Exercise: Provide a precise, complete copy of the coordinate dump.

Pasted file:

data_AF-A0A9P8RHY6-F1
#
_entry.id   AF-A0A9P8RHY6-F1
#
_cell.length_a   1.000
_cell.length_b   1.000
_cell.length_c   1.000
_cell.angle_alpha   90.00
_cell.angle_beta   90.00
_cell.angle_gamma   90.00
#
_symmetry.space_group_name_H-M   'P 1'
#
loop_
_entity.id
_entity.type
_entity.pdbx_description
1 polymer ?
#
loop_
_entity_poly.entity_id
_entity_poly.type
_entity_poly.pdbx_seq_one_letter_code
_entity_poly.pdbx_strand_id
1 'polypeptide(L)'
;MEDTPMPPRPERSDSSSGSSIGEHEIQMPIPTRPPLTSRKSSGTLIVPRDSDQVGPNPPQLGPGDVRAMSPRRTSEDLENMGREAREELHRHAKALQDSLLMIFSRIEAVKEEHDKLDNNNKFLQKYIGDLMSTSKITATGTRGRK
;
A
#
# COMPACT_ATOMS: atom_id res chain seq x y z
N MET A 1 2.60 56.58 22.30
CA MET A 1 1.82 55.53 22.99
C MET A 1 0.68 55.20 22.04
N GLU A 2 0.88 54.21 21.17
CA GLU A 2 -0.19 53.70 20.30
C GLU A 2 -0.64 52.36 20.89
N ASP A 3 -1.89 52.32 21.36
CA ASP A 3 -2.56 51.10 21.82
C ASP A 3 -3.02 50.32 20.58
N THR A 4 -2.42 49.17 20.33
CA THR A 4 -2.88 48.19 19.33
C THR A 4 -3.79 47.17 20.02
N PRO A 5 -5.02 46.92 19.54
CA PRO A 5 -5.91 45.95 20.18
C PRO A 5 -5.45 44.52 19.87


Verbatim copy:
data_AF-A0A9P8RHY6-F1
#
_entry.id   AF-A0A9P8RHY6-F1
#
_cell.length_a   1.000
_cell.length_b   1.000
_cell.length_c   1.000
_cell.angle_alpha   90.00
_cell.angle_beta   90.00
_cell.angle_gamma   90.00
#
_symmetry.space_group_name_H-M   'P 1'
#
loop_
_entity.id
_entity.type
_entity.pdbx_description
1 polymer ?
#
loop_
_entity_poly.entity_id
_entity_poly.type
_entity_poly.pdbx_seq_one_letter_code
_entity_poly.pdbx_strand_id
1 'polypeptide(L)'
;MEDTPMPPRPERSDSSSGSSIGEHEIQMPIPTRPPLTSRKSSGTLIVPRDSDQVGPNPPQLGPGDVRAMSPRRTSEDLENMGREAREELHRHAKALQDSLLMIFSRIEAVKEEHDKLDNNNKFLQKYIGDLMSTSKITATGTRGRK
;
A
#
# COMPACT_ATOMS: atom_id res chain seq x y z
N MET A 1 2.60 56.58 22.30
CA MET A 1 1.82 55.53 22.99
C MET A 1 0.68 55.20 22.04
N GLU A 2 0.88 54.21 21.17
CA GLU A 2 -0.19 53.70 20.30
C GLU A 2 -0.64 52.36 20.89
N ASP A 3 -1.89 52.32 21.36
CA ASP A 3 -2.56 51.10 21.82
C ASP A 3 -3.02 50.32 20.58
N THR A 4 -2.42 49.17 20.33
CA THR A 4 -2.88 48.19 19.33
C THR A 4 -3.79 47.17 20.02
N PRO A 5 -5.02 46.92 19.54
CA PRO A 5 -5.91 45.95 20.18
C PRO A 5 -5.45 44.52 19.87